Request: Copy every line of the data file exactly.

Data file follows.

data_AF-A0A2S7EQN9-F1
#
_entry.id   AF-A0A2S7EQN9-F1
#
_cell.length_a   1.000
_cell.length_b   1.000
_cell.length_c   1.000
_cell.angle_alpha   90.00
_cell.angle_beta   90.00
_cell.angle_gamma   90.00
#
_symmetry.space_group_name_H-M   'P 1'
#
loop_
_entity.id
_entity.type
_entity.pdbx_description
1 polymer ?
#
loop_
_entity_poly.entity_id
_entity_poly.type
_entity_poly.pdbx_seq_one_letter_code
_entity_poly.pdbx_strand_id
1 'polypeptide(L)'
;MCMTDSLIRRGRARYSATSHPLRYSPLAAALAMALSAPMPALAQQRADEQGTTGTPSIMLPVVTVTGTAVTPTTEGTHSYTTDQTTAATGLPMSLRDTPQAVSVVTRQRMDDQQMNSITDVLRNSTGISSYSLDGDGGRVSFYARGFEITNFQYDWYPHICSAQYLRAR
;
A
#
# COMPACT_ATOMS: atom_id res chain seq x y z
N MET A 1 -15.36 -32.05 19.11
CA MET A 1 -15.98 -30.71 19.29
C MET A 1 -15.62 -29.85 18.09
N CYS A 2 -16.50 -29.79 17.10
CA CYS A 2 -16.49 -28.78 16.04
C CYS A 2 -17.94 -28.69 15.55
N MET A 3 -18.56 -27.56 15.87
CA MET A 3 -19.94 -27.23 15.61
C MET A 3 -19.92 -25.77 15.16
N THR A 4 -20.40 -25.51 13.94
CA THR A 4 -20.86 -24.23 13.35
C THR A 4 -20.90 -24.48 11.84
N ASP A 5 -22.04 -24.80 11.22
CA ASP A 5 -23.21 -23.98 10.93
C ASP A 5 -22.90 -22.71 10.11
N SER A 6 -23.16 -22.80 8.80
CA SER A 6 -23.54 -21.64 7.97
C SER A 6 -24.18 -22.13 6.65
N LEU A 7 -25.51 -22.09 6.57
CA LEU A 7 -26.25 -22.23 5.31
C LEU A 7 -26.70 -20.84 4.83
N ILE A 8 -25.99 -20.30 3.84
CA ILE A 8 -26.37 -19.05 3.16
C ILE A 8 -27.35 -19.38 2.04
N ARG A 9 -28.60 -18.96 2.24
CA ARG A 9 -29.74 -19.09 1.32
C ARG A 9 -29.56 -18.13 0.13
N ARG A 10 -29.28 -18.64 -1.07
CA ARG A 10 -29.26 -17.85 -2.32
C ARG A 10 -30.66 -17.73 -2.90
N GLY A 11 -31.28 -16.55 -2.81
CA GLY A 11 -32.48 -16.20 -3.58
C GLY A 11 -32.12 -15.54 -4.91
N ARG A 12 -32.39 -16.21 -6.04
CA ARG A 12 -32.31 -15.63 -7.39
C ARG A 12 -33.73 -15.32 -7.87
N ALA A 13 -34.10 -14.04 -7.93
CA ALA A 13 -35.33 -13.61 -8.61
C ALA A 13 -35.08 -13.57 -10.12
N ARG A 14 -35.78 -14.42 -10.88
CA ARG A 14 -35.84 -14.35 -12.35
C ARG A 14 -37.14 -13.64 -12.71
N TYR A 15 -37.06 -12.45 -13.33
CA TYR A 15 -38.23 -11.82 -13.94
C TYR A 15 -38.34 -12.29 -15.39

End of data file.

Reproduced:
data_AF-A0A2S7EQN9-F1
#
_entry.id   AF-A0A2S7EQN9-F1
#
_cell.length_a   1.000
_cell.length_b   1.000
_cell.length_c   1.000
_cell.angle_alpha   90.00
_cell.angle_beta   90.00
_cell.angle_gamma   90.00
#
_symmetry.space_group_name_H-M   'P 1'
#
loop_
_entity.id
_entity.type
_entity.pdbx_description
1 polymer ?
#
loop_
_entity_poly.entity_id
_entity_poly.type
_entity_poly.pdbx_seq_one_letter_code
_entity_poly.pdbx_strand_id
1 'polypeptide(L)'
;MCMTDSLIRRGRARYSATSHPLRYSPLAAALAMALSAPMPALAQQRADEQGTTGTPSIMLPVVTVTGTAVTPTTEGTHSYTTDQTTAATGLPMSLRDTPQAVSVVTRQRMDDQQMNSITDVLRNSTGISSYSLDGDGGRVSFYARGFEITNFQYDWYPHICSAQYLRAR
;
A
#
# COMPACT_ATOMS: atom_id res chain seq x y z
N MET A 1 -15.36 -32.05 19.11
CA MET A 1 -15.98 -30.71 19.29
C MET A 1 -15.62 -29.85 18.09
N CYS A 2 -16.50 -29.79 17.10
CA CYS A 2 -16.49 -28.78 16.04
C CYS A 2 -17.94 -28.69 15.55
N MET A 3 -18.56 -27.56 15.87
CA MET A 3 -19.94 -27.23 15.61
C MET A 3 -19.92 -25.77 15.16
N THR A 4 -20.40 -25.51 13.94
CA THR A 4 -20.86 -24.23 13.35
C THR A 4 -20.90 -24.48 11.84
N ASP A 5 -22.04 -24.80 11.22
CA ASP A 5 -23.21 -23.98 10.93
C ASP A 5 -22.90 -22.71 10.11
N SER A 6 -23.16 -22.80 8.80
CA SER A 6 -23.54 -21.64 7.97
C SER A 6 -24.18 -22.13 6.65
N LEU A 7 -25.51 -22.09 6.57
CA LEU A 7 -26.25 -22.23 5.31
C LEU A 7 -26.70 -20.84 4.83
N ILE A 8 -25.99 -20.30 3.84
CA ILE A 8 -26.37 -19.05 3.16
C ILE A 8 -27.35 -19.38 2.04
N ARG A 9 -28.60 -18.96 2.24
CA ARG A 9 -29.74 -19.09 1.32
C ARG A 9 -29.56 -18.13 0.13
N ARG A 10 -29.28 -18.64 -1.07
CA ARG A 10 -29.26 -17.85 -2.32
C ARG A 10 -30.66 -17.73 -2.90
N GLY A 11 -31.28 -16.55 -2.81
CA GLY A 11 -32.48 -16.20 -3.58
C GLY A 11 -32.12 -15.54 -4.91
N ARG A 12 -32.39 -16.21 -6.04
CA ARG A 12 -32.31 -15.63 -7.39
C ARG A 12 -33.73 -15.32 -7.87
N ALA A 13 -34.10 -14.04 -7.93
CA ALA A 13 -35.33 -13.61 -8.61
C ALA A 13 -35.08 -13.57 -10.12
N ARG A 14 -35.78 -14.42 -10.88
CA ARG A 14 -35.84 -14.35 -12.35
C ARG A 14 -37.14 -13.64 -12.71
N TYR A 15 -37.06 -12.45 -13.33
CA TYR A 15 -38.23 -11.82 -13.94
C TYR A 15 -38.34 -12.29 -15.39